Lady Julia Grey novels, Deanna Raybourn has proved herself a master at creating evocative, atmospheric settings and her decision to set her latest Gothic novel, The Dead Travel Fast, in a mysterious and darkly exotic, feudal Transylvania castle can only be labeled as perfectly brilliant.
The death of Miss Theodora LeStrange's grandfather and guardian has left her at a impasse. Never one to desire marriage and motherhood she can either move in with her sister - and her many children - or marry a man she likes but does not love. Neither option is particularly appealing to Theodora when her rescue from domesticity arrives in the form of a letter from her school-friend Cosmina, inviting her to come to Castle Dragulescu in Transylvania prior to her upcoming marriage. Convinced this is the opportunity she has been waiting for to write her long-dreamed of novel, Theodora convinces friends and family to let her travel halfway around the world to a place steeped in tradition and superstition. Upon her arrival at Castle Dragulescu, Theodora is delighted to discover more than enough inspiration for her novel - the crumbling, yet majestic castle, the superstitious villagers, howling wind and dangerous wolves, not to mention the enigmatic Count Andrei Dragulescu himself. A figure cut for the most dashing adventures surely. But when a strange, horrifying murder strikes at the castle and rumors of supernatural involvement begin to swirl round, Theodora finds her pragmatic intellectual ideals sorely tested as the chilling and diabolical sequence of events unfold.
It is with a heavy heart to say that I truly struggled with this novel - I must have picked it up only to set it down again about twenty different times in the course of a couple of weeks; each time succumbing to the temptation of other, more shiny books. And it makes it even harder to admit when I say I have truly, truly been looking forward to reading it. That's not to say I wasn't impressed with Ms. Raybourn's latest offering - oh no, I was quite enthralled in fact. Perhaps I just wasn't in the proper frame of mind for such a dramatic and chilling Gothic novel. Over the course of Theodora's narrative I seemed to come across each and every ingredient necessary in crafting a traditional Gothic tale as if I was reading with a checklist in hand: the dark, creepy castle; the mysterious and handsome feudal lord with a libertine past and hidden depths; superstitious townsfolk; the first person, diary-style narrative; the introduction of supernatural elements all combined to create a truly haunting narrative -- just not anything particularly unique. Except for the added twist of Theodora's sleuthing - very much reminiscent of Lady Julia's adventures in that just when you think you've got it all figured out, another shocking revelation comes to light. Still, Ms. Raybourn is one of those authors who I have come to trust implicitly and although I didn't *love* The Dead Travel Fast, I very much liked it. And if I say I'm seriously anticipating the next Julia and Brisbane adventure -- Dark Road to Darjeeling -- like wow and boy howdy, would you even hold that against me?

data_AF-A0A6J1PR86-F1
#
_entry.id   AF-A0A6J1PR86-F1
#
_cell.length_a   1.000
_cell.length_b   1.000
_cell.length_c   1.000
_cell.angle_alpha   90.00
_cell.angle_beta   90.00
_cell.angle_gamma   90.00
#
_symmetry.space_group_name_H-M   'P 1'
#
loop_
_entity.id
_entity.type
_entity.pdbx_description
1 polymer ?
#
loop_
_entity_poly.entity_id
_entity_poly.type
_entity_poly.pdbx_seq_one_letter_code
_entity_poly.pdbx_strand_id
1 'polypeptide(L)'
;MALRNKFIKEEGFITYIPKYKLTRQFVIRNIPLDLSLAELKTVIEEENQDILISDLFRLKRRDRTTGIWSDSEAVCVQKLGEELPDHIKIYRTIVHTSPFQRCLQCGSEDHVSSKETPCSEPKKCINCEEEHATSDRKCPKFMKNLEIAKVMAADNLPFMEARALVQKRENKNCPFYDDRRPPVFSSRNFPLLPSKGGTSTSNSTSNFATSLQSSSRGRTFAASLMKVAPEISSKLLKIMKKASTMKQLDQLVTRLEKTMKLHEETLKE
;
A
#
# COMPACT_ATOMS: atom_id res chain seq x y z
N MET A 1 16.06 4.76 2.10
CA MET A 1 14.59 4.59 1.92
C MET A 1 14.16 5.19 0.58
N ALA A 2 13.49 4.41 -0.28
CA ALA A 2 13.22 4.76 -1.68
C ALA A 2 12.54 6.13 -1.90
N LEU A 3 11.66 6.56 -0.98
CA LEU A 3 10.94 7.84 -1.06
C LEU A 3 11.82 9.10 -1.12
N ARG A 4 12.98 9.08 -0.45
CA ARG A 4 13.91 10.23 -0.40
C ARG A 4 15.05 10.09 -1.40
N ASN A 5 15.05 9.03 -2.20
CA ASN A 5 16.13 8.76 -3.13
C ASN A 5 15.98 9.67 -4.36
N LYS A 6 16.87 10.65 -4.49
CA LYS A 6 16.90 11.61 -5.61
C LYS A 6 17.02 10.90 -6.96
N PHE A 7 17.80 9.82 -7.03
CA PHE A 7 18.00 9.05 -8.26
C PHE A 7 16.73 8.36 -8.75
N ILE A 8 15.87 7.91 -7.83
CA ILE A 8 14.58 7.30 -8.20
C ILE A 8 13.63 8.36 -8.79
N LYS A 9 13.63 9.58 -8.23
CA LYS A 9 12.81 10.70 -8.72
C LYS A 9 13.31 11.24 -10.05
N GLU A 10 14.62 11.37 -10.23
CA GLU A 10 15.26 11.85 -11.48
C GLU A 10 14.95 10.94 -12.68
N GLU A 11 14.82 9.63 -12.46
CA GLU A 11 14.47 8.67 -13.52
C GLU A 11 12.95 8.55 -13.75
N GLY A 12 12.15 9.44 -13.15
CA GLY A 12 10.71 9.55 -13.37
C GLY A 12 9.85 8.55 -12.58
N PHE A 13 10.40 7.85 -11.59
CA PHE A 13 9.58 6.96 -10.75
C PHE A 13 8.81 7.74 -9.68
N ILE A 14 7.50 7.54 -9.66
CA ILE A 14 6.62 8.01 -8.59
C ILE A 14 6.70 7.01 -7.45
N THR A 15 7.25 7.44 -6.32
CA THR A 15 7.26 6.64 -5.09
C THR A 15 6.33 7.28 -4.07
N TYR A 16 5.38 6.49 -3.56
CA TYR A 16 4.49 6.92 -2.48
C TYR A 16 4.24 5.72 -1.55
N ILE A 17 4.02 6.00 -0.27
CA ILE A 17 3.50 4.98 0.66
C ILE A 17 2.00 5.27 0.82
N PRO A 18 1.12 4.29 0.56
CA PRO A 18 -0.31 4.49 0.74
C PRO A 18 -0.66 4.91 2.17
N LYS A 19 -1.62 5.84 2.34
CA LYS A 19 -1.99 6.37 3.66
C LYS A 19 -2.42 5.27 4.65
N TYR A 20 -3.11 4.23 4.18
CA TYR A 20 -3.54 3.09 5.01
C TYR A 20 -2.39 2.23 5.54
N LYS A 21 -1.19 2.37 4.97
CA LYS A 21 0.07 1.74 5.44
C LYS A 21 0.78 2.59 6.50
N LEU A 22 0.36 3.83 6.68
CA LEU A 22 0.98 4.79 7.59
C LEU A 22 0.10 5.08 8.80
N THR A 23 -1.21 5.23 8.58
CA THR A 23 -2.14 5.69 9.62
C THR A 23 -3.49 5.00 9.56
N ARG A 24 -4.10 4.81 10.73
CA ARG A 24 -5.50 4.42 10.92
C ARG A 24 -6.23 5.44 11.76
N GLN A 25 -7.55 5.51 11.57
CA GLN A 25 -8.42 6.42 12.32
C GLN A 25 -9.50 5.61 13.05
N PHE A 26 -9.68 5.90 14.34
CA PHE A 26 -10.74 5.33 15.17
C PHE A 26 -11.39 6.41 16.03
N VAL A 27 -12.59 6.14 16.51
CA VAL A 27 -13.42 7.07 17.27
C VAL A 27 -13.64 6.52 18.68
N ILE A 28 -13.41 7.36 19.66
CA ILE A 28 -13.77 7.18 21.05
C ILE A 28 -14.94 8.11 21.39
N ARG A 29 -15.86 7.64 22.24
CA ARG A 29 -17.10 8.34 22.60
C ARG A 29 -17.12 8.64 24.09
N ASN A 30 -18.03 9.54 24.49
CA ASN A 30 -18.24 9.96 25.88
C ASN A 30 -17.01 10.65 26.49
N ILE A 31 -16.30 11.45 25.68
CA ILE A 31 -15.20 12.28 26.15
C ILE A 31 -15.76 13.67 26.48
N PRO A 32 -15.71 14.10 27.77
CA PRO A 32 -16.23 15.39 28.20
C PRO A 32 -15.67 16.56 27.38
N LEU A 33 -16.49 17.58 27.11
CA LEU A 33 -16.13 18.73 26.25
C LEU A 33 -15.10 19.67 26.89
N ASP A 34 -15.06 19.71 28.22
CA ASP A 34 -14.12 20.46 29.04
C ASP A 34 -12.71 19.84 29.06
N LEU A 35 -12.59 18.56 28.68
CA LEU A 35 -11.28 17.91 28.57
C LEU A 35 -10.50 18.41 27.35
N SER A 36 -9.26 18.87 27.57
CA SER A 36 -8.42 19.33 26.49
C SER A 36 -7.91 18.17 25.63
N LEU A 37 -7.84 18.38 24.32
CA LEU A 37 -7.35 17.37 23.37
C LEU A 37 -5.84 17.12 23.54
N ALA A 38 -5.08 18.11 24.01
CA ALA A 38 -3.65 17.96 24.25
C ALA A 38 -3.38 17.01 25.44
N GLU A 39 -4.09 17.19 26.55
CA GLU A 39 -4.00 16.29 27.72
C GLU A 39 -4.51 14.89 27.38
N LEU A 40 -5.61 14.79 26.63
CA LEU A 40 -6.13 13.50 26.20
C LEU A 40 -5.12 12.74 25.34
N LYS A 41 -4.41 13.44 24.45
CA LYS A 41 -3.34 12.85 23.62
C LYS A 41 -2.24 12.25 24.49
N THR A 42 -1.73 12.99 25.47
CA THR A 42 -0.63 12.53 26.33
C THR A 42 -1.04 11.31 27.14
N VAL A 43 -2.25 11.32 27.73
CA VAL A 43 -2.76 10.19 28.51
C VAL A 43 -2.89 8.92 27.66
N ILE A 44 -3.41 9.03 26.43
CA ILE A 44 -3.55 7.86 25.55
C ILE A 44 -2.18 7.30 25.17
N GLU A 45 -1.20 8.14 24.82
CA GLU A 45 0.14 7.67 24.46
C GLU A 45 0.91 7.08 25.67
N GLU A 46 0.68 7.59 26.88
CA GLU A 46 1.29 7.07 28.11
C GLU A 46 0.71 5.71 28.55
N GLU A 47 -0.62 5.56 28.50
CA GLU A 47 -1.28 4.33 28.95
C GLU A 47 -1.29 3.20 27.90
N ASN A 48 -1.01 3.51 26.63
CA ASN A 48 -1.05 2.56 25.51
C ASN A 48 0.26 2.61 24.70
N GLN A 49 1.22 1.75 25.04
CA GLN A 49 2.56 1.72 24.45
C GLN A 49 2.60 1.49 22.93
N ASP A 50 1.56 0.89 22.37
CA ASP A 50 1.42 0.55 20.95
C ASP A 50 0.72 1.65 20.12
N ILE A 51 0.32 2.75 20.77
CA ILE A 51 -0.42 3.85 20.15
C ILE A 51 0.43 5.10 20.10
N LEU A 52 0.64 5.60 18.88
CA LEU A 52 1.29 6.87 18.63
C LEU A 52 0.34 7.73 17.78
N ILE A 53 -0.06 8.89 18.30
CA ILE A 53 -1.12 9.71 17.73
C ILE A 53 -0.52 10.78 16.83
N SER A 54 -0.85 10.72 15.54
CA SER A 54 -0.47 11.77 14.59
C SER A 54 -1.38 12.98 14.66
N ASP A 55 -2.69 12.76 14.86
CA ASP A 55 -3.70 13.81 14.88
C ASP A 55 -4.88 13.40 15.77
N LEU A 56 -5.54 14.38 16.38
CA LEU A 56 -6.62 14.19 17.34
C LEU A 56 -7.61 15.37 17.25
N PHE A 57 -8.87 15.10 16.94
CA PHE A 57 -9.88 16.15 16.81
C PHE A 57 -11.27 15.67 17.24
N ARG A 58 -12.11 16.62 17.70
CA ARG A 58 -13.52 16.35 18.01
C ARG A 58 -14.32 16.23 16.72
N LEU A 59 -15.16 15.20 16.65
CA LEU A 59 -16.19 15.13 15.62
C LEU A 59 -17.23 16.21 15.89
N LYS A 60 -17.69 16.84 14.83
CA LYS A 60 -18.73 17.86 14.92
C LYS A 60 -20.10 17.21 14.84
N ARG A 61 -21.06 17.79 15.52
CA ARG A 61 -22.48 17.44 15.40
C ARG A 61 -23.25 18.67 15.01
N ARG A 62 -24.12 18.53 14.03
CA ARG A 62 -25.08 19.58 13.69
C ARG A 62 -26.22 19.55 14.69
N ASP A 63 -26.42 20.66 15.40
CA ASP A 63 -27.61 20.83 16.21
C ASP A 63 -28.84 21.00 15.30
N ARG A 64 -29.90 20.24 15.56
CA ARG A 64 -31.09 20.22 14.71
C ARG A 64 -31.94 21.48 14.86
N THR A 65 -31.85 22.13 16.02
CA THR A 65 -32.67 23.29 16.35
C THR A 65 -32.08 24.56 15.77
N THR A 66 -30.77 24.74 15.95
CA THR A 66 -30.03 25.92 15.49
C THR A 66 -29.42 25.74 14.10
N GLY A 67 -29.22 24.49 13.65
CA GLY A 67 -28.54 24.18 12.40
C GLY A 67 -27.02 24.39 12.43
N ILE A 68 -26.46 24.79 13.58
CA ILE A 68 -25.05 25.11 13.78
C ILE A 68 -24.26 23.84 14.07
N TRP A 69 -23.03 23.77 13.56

Because Everyone Loves a Second Opinion:
All About Romance reviews
Dear Author review
Garden in My Pocket review
S. Krishna's Books review
book source: my local library